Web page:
United States District Court, S.D. California
ORDER GRANTING MOTION FOR RECONSIDERATION, LIFTING
STAY AND DENYING DEFENDANT'S § 2255 MOTION [ECF NOS.
228, 289, 290, 294].
Ted Moskowitz, Chief Judge United States District Court.
Madueno-Camacho (“Defendant”) has filed a motion
to vacate, set aside, or reduce his sentence pursuant to 28
U.S.C. § 2255, Johnson v. United States, 135
S.Ct. 2551 (2015), and Welch v. United States, 136
S.Ct. 1257 (2016). (ECF No. 228.) The Court recently stayed
consideration of Defendant's motion pending the Supreme
Court's resolution of Sessions v. Dimaya, No.
15-1498, cert. granted sub nom. Lynch v. Dimaya, 137
S.Ct. 31 (Sept. 29, 2016). (ECF No. 281.) Defendant has moved
for reconsideration of the stay. (ECF Nos. 289, 290, 294.)
For the reasons discussed below, the Court grants
Defendant's motion for reconsideration, lifts the stay,
and denies Defendant's § 2255 motion.
February 17, 2011, Defendant pled guilty pursuant to a plea
agreement to one count of conspiracy to commit Hobbs Act
robbery, in violation of 18 U.S.C. § 1951(a) (Count 1),
and one count of possession of a firearm in furtherance of a
crime of violence, in violation of 18 U.S.C. § 924(c)
(Count 2). (ECF No. 80.) The “crime of violence”
that served as the predicate for Defendant's conviction
on Count 2 was his conviction on Count 1 for conspiracy to
commit Hobbs Act robbery. On July 8, 2011, the Court
sentenced Defendant to a term of 37 months on Count 1 and 60
months on Count 2, run consecutively for a total term of
imprisonment of 97 months. (ECF Nos. 140, 156.)
26, 2015, the Supreme Court decided Johnson, in
which it held that the residual clause definition of
“violent felony” in the Armed Career Criminal Act
(“ACCA”), 18 U.S.C. § 924(e)(2)(B)(ii), was
unconstitutionally vague. On October 19, 2015, the Ninth
Circuit decided Dimaya v. Lynch, 803 F.3d 1110 (9th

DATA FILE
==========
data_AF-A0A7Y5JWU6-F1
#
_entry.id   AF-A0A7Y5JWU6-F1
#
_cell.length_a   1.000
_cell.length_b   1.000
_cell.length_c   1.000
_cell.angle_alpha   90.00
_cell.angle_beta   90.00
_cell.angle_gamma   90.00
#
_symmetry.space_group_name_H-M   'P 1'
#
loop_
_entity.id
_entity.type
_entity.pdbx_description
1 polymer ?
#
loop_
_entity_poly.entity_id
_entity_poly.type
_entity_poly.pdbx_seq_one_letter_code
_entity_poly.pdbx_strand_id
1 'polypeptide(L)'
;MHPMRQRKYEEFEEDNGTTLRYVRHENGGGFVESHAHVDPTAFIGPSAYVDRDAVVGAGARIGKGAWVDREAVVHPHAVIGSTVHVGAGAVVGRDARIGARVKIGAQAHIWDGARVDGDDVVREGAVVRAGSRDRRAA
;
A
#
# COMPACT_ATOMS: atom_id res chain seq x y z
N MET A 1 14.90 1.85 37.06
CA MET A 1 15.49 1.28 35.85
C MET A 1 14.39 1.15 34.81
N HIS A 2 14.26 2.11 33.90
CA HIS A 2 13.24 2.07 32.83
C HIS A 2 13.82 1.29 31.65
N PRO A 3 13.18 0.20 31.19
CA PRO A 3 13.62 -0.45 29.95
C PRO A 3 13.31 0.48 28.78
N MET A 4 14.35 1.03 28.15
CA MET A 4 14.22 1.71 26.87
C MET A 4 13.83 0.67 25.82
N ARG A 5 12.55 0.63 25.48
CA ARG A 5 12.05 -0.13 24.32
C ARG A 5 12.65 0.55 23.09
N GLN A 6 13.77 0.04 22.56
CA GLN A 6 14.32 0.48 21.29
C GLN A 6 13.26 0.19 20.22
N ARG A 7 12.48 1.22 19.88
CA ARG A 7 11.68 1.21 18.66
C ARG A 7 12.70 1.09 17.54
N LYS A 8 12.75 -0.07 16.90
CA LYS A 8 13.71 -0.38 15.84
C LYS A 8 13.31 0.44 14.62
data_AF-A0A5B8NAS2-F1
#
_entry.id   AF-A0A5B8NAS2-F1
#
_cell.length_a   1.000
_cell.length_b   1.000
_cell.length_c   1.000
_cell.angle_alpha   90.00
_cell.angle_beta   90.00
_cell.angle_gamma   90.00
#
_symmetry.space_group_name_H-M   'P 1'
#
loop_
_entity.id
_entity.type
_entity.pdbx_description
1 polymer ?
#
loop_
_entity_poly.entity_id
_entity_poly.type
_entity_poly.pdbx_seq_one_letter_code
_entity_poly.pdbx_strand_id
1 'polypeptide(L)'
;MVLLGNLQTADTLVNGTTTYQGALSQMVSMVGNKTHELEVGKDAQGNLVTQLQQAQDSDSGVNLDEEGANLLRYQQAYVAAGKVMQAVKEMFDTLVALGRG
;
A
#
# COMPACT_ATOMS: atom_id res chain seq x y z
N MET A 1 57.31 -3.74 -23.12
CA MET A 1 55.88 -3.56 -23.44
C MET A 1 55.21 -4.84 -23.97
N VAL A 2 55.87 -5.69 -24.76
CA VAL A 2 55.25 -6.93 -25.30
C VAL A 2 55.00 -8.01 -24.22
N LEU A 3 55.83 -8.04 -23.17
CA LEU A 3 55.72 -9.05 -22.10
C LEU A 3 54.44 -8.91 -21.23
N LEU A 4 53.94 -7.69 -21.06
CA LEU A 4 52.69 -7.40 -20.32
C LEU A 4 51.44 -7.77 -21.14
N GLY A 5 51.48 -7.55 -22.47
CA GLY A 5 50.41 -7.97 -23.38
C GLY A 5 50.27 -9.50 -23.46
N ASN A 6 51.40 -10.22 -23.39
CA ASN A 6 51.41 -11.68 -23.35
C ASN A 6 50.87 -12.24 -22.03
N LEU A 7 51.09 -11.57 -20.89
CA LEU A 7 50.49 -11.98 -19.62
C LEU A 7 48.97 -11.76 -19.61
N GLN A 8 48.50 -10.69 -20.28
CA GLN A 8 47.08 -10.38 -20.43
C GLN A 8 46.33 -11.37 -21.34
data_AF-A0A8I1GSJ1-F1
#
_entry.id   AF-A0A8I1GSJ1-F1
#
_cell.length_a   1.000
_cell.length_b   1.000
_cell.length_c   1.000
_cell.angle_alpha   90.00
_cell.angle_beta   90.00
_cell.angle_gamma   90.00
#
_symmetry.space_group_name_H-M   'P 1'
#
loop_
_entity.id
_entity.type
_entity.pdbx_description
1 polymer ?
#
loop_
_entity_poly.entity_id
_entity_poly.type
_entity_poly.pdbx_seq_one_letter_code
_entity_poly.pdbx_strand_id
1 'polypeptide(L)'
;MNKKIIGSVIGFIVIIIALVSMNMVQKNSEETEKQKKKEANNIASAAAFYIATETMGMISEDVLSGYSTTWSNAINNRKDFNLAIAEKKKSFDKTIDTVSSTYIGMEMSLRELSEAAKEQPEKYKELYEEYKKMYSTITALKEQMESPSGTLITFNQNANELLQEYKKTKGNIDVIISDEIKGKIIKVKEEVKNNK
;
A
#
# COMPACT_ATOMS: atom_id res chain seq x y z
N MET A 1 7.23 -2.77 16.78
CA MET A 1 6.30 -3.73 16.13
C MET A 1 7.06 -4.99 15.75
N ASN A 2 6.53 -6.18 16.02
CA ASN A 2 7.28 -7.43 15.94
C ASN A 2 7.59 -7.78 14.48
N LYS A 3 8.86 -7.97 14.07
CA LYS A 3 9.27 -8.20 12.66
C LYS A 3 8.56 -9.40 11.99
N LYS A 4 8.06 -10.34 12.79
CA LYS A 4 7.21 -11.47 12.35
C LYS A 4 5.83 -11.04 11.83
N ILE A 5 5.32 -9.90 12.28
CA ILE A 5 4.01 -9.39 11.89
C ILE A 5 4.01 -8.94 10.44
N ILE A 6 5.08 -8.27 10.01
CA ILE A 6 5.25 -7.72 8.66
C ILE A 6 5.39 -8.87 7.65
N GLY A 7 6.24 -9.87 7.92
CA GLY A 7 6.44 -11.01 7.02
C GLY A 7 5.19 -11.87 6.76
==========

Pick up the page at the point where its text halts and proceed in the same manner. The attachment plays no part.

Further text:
Cir. 2015), holding that the reasoning of Johnson
applied to the residual clause definition of “crime of
violence” in 18 U.S.C. § 16(b) so as to render it
void for vagueness.
2, 2016, Defendant filed the instant § 2255 motion. He
moves to vacate his conviction under § 924(c), arguing
that the reasoning of Johnson and Dimaya
apply to the residual clause definition of “crime of
violence” in § 924(c)(3)(B) and lead to the
conclusion that the latter statute is likewise
unconstitutionally vague. On July 17, 2016, the government
filed a response brief in which it moved to stay
Defendant's motion pending the outcome of United
States v. Begay, in which the Ninth Circuit is
anticipated to address the constitutionality of §
924(c)(3)(B) in light of Johnson. (ECF No. 246.) On
July 22, 2016, Defendant filed a reply brief in which he
opposed a stay. On August 31, 2016, the Court held oral
argument on Defendant's § 2255 motion and the
government's motion to stay.
September 29, 2016, the Supreme Court granted certiorari in
Dimaya. Dimaya, No. 15-1498, 137 S.Ct. 31
(Sept. 29, 2016). On March 29, 2017, the Ninth Circuit
entered an order deferring submission of Begay
pending the Supreme Court's resolution of
Dimaya. See Order (Doc. No. 87), United
States v. Begay, No. 14-10080 (9th Cir. Mar. 29, 2017).
On June 9, 2017, this Court entered an order staying
consideration of Defendant's § 2255 motion pending
the outcome of Dimaya, noting that the Supreme Court
was expected to issue its decision no later than June 2017,
such that the ensuing stay was anticipated to be brief.
26, 2017, the Supreme Court restored Dimaya to the
calendar for reargument, which means it will not be issuing a
decision until its next term, which ends in June 2018.
29, 2017, Defendant filed a motion for reconsideration of the
Court's stay order in light of the development in
Dimaya. On June 30, 2017, the Court issued an order
in which it advised the parties it was considering vacating
the stay and ruling on the merits of Defendant's §
2255 motion, and permitted the parties to file supplemental
briefing by July 10, 2017.
U.S.C. § 2255 provides, in pertinent part, that a
prisoner in custody “claiming the right to be released
upon the ground that the sentence was imposed in violation of
the Constitution or laws of the United States … may
move the court which imposed the sentenced to vacate, set
aside or correct the sentence.” 28 U.S.C. § 2255.
moves to vacate his conviction and sentence on Count 2 for
violating § 924(c), which criminalizes possession of a
firearm in furtherance of a crime of violence. For purposes
of § 924(c), “crime of violence” is defined
as an offense that is a felony and-
(A) has as an element the use, attempted use, or threatened
use of physical force against the person or property of
(B) that by its nature, involves a substantial risk that
physical force against the person or property of another may
be used in the ...